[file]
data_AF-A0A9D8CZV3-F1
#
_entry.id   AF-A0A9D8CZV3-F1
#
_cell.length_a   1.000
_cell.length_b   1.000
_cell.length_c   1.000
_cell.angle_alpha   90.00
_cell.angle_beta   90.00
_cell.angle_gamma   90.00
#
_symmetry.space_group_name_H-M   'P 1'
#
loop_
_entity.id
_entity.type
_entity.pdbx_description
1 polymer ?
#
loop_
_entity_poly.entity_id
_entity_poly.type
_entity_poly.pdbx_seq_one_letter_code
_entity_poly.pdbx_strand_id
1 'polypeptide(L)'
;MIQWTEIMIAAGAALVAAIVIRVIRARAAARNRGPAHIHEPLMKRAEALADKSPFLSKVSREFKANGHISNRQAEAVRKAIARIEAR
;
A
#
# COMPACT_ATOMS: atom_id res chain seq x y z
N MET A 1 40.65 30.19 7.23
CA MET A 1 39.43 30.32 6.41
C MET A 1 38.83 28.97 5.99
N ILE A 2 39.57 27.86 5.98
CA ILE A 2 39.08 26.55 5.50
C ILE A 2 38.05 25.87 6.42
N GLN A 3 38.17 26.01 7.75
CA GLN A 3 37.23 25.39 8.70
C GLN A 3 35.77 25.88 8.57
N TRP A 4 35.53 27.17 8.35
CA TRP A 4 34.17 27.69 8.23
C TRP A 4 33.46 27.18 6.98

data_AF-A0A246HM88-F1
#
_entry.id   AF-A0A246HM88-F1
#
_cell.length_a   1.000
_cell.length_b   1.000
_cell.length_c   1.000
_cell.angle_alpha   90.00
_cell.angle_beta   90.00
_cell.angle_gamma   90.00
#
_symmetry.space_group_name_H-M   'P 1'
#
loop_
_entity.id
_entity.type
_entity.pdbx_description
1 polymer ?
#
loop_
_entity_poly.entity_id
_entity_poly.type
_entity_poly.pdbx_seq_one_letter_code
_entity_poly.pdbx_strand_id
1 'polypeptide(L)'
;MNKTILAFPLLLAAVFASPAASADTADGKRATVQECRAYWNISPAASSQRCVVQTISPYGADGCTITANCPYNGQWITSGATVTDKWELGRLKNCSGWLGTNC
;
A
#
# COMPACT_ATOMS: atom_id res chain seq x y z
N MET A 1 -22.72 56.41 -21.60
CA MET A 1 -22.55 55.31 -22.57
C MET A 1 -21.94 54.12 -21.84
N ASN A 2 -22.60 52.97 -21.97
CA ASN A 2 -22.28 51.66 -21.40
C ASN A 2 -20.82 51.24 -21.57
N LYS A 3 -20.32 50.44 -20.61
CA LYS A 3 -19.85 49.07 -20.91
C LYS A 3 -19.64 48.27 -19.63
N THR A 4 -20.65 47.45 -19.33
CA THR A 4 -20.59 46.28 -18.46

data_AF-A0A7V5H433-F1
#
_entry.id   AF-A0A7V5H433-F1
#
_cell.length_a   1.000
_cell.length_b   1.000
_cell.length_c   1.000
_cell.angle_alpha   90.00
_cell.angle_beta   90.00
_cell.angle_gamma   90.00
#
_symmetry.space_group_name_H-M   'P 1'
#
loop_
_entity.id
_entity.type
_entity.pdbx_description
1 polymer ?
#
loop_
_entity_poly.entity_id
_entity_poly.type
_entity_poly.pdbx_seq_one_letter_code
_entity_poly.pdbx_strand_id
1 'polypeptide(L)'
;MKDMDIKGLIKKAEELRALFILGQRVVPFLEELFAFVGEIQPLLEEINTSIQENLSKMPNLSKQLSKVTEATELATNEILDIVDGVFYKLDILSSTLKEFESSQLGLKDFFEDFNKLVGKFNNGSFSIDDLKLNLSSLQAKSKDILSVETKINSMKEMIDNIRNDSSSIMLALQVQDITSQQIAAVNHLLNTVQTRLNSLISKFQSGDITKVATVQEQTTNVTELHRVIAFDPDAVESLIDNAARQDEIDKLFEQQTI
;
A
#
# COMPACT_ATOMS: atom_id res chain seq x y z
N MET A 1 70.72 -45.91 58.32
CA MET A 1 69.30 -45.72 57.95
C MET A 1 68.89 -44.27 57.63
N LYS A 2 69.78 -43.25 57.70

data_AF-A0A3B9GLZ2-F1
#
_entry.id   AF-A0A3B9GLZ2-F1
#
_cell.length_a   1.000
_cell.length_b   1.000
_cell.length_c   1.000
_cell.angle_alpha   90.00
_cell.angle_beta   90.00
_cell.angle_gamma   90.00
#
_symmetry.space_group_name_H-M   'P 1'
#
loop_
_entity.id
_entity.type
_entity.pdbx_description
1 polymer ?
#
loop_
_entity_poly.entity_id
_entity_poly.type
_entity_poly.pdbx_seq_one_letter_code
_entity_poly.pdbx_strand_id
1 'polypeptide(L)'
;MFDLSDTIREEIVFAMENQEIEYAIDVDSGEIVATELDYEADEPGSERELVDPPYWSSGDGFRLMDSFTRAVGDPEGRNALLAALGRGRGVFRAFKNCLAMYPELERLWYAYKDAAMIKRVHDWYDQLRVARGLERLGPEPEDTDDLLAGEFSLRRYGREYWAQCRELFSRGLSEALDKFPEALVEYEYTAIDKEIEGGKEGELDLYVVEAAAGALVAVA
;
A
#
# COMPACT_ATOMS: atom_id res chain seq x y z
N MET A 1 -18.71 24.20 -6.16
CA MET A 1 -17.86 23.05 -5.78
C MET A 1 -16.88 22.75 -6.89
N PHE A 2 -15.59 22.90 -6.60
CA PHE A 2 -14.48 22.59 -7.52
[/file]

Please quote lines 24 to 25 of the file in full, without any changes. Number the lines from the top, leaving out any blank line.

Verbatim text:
_entity_poly.pdbx_strand_id
1 'polypeptide(L)'